Irony is probably too mild a word for the experience of braving clouds of nicotine at a hospital doorway while visiting a relative suffering from cancer or heart disease.
Michael Gill was on 20 cigarettes a day
This has been a scene repeated at hospitals all over the UK as patients - some attached to drips - light up in a huddle outside hospital.
Mike Phelan, Director of Operations at the Countess of Chester Hospital has vivid memories of the scene outside his own hospital.
"You would see half clad heavily pregnant women in the cold outside smoking," he recalled.
And it wasn't just patients who were prepared to brave the elements, often the hard core smokers included doctors and nurses.
But those scenes have disappeared in a cloud of smoke since the hospital introduced a zero tolerance policy on 2 January.
In addition to focusing on patients and visitors, management have also stubbed out four smoking shelters staff used for their fag breaks.
"We had three main reasons," said Mr Phelan, "but the most important was that as a health establishment we ought to be setting a good example."
Hospital managers had also received complaints about smoking and were planning to respond to the national smoking ban due later this year.
Staff are also subject to the smoking ban
According to Mr Phelan the move was backed unanimously by the trade unions and so far he has only received "a couple of emails" from staff unhappy at the ban.
However management also wanted to find out how many employees smoked and found around 800 - almost a third of staff - admitted to smoking.
As a result employees who want to quit smoking have been offered subsidised Nicotine Replacement Therapy, and, surprisingly, other non-NHS recommended quit methods such as hypnotherapy, accupuncture, and the Allen Carr stop smoking book Easyway.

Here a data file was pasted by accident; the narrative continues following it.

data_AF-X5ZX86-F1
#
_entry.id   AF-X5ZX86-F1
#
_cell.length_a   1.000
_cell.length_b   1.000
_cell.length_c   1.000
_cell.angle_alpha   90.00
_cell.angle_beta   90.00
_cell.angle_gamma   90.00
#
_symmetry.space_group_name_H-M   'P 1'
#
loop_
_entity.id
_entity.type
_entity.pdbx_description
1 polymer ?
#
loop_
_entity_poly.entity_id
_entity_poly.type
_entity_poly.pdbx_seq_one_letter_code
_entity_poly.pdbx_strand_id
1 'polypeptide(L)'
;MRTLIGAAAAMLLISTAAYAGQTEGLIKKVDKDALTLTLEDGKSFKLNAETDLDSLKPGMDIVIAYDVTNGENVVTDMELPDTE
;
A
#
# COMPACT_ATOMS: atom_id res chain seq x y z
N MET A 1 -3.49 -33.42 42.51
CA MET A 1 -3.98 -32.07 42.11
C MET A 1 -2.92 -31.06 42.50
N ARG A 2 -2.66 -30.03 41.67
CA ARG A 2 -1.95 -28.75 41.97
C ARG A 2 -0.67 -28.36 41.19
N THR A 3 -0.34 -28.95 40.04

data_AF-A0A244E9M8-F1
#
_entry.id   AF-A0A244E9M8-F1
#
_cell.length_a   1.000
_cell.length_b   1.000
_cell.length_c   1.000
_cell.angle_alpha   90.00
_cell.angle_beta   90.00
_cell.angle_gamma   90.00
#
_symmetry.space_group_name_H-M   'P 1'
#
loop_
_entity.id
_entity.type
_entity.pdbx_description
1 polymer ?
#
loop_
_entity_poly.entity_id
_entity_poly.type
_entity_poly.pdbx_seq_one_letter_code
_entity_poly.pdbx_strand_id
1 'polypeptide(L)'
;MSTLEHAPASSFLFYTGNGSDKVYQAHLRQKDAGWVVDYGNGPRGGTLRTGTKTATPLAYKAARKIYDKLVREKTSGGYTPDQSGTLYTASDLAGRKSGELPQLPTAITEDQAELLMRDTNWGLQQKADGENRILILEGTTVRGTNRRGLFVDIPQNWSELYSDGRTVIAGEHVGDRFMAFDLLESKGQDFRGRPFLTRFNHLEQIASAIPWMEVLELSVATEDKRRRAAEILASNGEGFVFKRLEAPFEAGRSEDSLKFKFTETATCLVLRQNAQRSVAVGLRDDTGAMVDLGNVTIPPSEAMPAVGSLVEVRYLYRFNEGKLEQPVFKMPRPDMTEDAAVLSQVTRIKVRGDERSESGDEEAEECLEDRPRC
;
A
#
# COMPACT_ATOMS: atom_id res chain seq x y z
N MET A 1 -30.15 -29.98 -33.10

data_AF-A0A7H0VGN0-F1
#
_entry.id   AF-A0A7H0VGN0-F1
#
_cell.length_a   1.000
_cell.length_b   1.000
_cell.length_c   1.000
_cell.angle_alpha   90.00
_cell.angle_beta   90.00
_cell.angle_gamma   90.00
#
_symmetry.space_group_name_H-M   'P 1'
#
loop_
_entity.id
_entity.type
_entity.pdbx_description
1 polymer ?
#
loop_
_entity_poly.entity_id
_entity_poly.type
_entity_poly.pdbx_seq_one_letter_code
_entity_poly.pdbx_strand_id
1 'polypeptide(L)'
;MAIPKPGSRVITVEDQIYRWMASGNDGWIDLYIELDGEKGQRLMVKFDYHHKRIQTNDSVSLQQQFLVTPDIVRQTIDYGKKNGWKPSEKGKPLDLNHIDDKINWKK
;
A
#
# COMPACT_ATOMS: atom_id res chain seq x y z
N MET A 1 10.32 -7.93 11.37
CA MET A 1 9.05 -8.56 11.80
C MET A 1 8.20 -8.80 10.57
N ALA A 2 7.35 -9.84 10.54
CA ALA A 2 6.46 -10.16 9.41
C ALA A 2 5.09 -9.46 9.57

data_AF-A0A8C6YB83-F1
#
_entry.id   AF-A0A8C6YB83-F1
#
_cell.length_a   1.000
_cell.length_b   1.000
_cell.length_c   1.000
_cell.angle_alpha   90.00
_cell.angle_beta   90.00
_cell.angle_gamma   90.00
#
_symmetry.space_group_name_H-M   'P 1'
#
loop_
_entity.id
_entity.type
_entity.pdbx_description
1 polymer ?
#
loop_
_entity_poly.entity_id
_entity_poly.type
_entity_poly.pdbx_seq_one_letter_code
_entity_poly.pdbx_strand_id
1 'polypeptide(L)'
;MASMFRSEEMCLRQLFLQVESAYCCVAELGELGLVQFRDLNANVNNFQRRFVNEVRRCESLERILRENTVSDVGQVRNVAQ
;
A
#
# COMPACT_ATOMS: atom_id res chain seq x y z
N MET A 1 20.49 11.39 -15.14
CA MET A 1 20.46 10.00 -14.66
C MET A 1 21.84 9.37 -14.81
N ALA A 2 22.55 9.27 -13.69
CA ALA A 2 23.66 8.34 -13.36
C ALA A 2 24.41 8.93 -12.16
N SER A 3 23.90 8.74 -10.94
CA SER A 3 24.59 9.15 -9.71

For the hospital it doesn't matter how you give up, just that you choose a method that works for you.
BBC One's Real Story caught up with the attempts of three staff members who tried three different methods to stub out their cravings.
Midwife Nicky Wyatt, who has smoked 10 to 15 cigarettes a day for the past 10 years, said she felt a hypocrite telling patients to quit when she sneaked into the hospital grounds to feed her habit.
"I loved it - that was my problem," she said.
But she managed to quit after attending an Allen Carr stop smoking clinic where the aim is to change a smoker's attitude to the habit.
Despite the experience of going "cold turkey" which made her feel "pretty ratty" she could feel daily progress.
Paediatric nurse Clare Bevan, another 15 a day smoker, found that NRT has helped her to stop smoking despite the odd lapse.
After a few drinks at a wedding party she sneaked out for a cigarette.
"Whatever it was I was expecting, I didn't get it. It has had the positive effect that I don't want to do it again," she said.
Complementary methods to quit smoking are being offered
Health care assistant Michael Gill, who has smoked for 30 years, tried a variety of complementary therapies including acupuncture and hypnotherapy in an attempt to end his habit of 20 fags a day.
Initially he lost the desire to smoke and even when he succumbed found himself retching.
However he is resigned to being a social smoker, "I'm still smoking, not as many, but still smoking," he said.
Meanwhile the hospital's crusade against smoking could be entering a new phase, according to Mr Phelan.
"We are considering the position of our community midwives who go to houses where people smoke and what sort of attitude to take to the fact that they are exposed to second-hand smoke as part of their job," he said.
Real Story: Don't carry on nurse - getting health workers to quit smoking is on BBC One on Wednesday 24 January at 1930GMT.